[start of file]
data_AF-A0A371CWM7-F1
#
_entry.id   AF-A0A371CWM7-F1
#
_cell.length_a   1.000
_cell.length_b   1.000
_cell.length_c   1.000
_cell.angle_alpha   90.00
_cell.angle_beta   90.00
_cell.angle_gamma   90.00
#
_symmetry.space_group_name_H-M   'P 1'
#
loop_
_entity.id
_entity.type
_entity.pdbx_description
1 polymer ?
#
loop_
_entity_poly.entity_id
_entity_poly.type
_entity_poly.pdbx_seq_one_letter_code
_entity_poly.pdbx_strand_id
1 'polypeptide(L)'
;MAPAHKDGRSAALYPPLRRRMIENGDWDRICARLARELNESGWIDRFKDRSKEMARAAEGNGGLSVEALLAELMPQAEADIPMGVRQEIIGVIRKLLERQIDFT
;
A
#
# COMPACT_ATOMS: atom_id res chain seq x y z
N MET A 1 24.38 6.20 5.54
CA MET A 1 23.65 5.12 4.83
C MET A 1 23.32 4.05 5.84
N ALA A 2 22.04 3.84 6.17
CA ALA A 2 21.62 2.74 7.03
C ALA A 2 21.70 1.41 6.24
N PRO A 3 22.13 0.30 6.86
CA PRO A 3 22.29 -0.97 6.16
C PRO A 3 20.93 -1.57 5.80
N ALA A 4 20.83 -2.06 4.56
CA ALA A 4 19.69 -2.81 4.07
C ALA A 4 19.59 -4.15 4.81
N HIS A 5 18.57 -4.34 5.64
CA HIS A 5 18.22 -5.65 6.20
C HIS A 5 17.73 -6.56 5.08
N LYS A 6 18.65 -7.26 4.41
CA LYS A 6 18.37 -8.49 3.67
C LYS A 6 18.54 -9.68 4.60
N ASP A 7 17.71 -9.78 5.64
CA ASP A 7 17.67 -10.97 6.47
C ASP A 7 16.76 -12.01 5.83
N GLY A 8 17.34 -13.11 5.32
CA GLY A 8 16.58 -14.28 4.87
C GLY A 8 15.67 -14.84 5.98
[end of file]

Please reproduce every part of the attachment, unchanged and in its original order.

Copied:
data_AF-A0A371CWM7-F1
#
_entry.id   AF-A0A371CWM7-F1
#
_cell.length_a   1.000
_cell.length_b   1.000
_cell.length_c   1.000
_cell.angle_alpha   90.00
_cell.angle_beta   90.00
_cell.angle_gamma   90.00
#
_symmetry.space_group_name_H-M   'P 1'
#
loop_
_entity.id
_entity.type
_entity.pdbx_description
1 polymer ?
#
loop_
_entity_poly.entity_id
_entity_poly.type
_entity_poly.pdbx_seq_one_letter_code
_entity_poly.pdbx_strand_id
1 'polypeptide(L)'
;MAPAHKDGRSAALYPPLRRRMIENGDWDRICARLARELNESGWIDRFKDRSKEMARAAEGNGGLSVEALLAELMPQAEADIPMGVRQEIIGVIRKLLERQIDFT
;
A
#
# COMPACT_ATOMS: atom_id res chain seq x y z
N MET A 1 24.38 6.20 5.54
CA MET A 1 23.65 5.12 4.83
C MET A 1 23.32 4.05 5.84
N ALA A 2 22.04 3.84 6.17
CA ALA A 2 21.62 2.74 7.03
C ALA A 2 21.70 1.41 6.24
N PRO A 3 22.13 0.30 6.86
CA PRO A 3 22.29 -0.97 6.16
C PRO A 3 20.93 -1.57 5.80
N ALA A 4 20.83 -2.06 4.56
CA ALA A 4 19.69 -2.81 4.07
C ALA A 4 19.59 -4.15 4.81
N HIS A 5 18.57 -4.34 5.64
CA HIS A 5 18.22 -5.65 6.20
C HIS A 5 17.73 -6.56 5.08
N LYS A 6 18.65 -7.26 4.41
CA LYS A 6 18.37 -8.49 3.67
C LYS A 6 18.54 -9.68 4.60
N ASP A 7 17.71 -9.78 5.64
CA ASP A 7 17.67 -10.97 6.47
C ASP A 7 16.76 -12.01 5.83
N GLY A 8 17.34 -13.11 5.32
CA GLY A 8 16.58 -14.28 4.87
C GLY A 8 15.67 -14.84 5.98